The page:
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Is it ever necessary to extend an analysis of Grover's algorithm beyond $k/N = 1/2$, where $k$ is the number of "hits" in a total of $N$ possible values for $|\,x\rangle$?

If we know $k$, and know that it is greater than $1/2$, can't we just redefine hits as misses by modifying the oracle to produce


(note the additional negative sign) and then measure according to whatever strategy for $k<1/2$ produces satisfactory hit probabilities, $p_h$, since we can then say with confidence $p_h$ that one of the unobserved outcomes is a hit?

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"Gover" -> "Grover"? Or is there some other algorithm out there? – Chris White Apr 10 '13 at 2:16
up vote 4 down vote accepted

Consider a state $\def\ket#1{|#1\rangle}\ket{\psi(\alpha)} = \cos(\alpha) \ket{U} + \sin(\alpha)\ket{M}$, where $\ket{U}$ and $\ket{M}$ are respectively the uniform superpositions over the unmarked and marked elements. Note that the uniform superposition $\ket{\Psi} \propto \ket{0} + \ket{1} + \cdots + \ket{N-1}$ is such a state, specifically $\ket{\Psi} = \ket{\psi(\theta)}$ such that $$\sin(\theta) = k/N, \qquad\qquad\cos(\theta) = \sqrt{1 - k^2/N^2\,}.$$ Grover's iterate rotates the state within the set of such states, by mapping $\ket{\psi(\alpha)} \mapsto \ket{\psi(\alpha + 2\theta)}$.

Suppose that $N/2 < k < N$, and let $\theta' = \pi/2 - \theta > 0$. Then $2\theta = \pi - 2\theta'$. That is to say, applying Grover's iterate is equivalent to a rotation of $\pi - 2\theta'$; and as the rotation of $\pi$ is equivalent to a global phase (which changes the vector which we use to representing the state, but not the state itself), we may say that the effect is the same as a rotation by $-2\theta'$. The effect is then to rotate the state away from $\ket{M}$, the target state which we would like to sample from. Applying Grover's algorithm when $k > N/2$ is then counterproductive.

What happens when you "relabel" the marked elements as unmarked, and vice-versa? Well, changing the labels you give to them doesn't change what set you end up sampling from; the only place that this makes a difference is in the sign-flip for reflecting about the "unmarked items" axis. But this only differs from reflecting about the "marked items" axis by a global phase of $-1$, which (again) has no effect on the state.

So no matter what you call the set $M$ of items you would like to sample from, if it contains $k > N/2$ items, you're better off not using Grover's algorithm at all, and just doing random sampling.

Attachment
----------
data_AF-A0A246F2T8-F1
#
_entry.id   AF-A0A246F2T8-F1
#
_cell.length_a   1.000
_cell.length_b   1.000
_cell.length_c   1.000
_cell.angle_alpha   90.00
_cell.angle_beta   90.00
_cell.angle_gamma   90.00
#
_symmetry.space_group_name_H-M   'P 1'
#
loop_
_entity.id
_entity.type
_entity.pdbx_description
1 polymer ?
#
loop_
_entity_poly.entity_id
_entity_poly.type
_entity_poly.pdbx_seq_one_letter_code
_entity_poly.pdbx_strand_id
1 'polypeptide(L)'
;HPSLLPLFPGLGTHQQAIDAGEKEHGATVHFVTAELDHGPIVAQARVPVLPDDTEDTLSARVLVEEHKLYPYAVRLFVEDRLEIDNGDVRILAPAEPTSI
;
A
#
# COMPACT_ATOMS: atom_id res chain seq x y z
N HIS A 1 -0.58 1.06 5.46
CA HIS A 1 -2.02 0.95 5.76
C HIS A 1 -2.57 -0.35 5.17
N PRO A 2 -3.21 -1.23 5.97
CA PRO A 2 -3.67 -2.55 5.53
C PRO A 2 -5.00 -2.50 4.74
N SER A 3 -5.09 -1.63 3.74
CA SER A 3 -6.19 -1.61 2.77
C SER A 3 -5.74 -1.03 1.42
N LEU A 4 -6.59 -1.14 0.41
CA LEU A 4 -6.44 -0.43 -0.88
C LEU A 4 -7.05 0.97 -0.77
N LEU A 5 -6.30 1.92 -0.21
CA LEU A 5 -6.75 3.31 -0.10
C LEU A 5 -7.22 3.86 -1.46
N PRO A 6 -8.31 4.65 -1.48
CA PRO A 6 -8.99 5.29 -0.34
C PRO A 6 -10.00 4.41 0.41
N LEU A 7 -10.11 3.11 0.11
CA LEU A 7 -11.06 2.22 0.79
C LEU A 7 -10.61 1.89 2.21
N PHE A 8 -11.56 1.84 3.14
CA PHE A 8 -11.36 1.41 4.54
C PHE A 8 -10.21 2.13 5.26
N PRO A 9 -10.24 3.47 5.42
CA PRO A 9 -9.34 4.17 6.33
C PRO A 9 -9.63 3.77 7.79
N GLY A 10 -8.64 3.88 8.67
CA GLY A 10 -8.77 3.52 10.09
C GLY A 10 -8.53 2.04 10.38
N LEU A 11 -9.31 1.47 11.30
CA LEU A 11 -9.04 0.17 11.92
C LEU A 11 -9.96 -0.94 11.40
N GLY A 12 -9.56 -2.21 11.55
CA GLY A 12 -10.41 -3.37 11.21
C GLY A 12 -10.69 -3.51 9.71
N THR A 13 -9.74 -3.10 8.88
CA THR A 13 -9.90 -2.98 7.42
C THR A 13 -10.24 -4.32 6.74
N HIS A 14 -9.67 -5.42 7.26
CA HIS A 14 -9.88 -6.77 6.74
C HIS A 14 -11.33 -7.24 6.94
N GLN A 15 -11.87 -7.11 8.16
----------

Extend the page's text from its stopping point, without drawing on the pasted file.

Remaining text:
As a final remark, consider what happens when $k = N/2$: in this case we have $\theta = \pi/4$, and the rotation is by angles of $\pi/2$ — which maps $$\begin{align*}\tfrac{1}{\sqrt 2} \ket{U} + \tfrac{1}{\sqrt 2} \ket{M} \;&\mapsto\; -\tfrac{1}{\sqrt 2} \ket{U} + \tfrac{1}{\sqrt 2} \ket{M} \\&\mapsto\; -\tfrac{1}{\sqrt 2} \ket{U} - \tfrac{1}{\sqrt 2} \ket{M} \\&\mapsto\; \tfrac{1}{\sqrt 2} \ket{U} - \tfrac{1}{\sqrt 2} \ket{M} \\&\mapsto\; \tfrac{1}{\sqrt 2} \ket{U} + \tfrac{1}{\sqrt 2} \ket{M}\end{align*}$$ cyclically, and to no effect at all. Similarly, if $k < N/2$ but $1/2 - k/N \ll 1$, the amount of time to amplify from $\alpha = \theta$ to $\alpha = \pi/2$ will be about the same as if $k/N \ll 1$, so that it's very counterproductive to use Grover's algorithm rather than just sampling items until one obtains elements of $M$.

For $k/N$ much larger than $1/4$, there's simply no benefit (asymptotic or otherwise) to using Grover's algorithm.

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Yes, so if whatever strategy I adopt using (unmodified) Grover's algorithm achieves a probability of a hit of $p_h$, then can't I say after measuring $x\in S$ using Grover's, modified as above, that any of the unmeasured values, $y\in S\setminus x$, is a hit with probability $1-p_h$? And if so then whenever I've got a $k$ that gives me an unsatisfactory $p_h$, can't I switch to the modified version? – raxacoricofallapatorius Apr 10 '13 at 1:08
Assume for the moment that I'm following a strategy that I'm happy with up to $k/N = 1/2$. – raxacoricofallapatorius Apr 10 '13 at 1:39
@raxacoricofallapatorius: I have revised my answer to better answer your question. – Niel de Beaudrap Apr 10 '13 at 12:18

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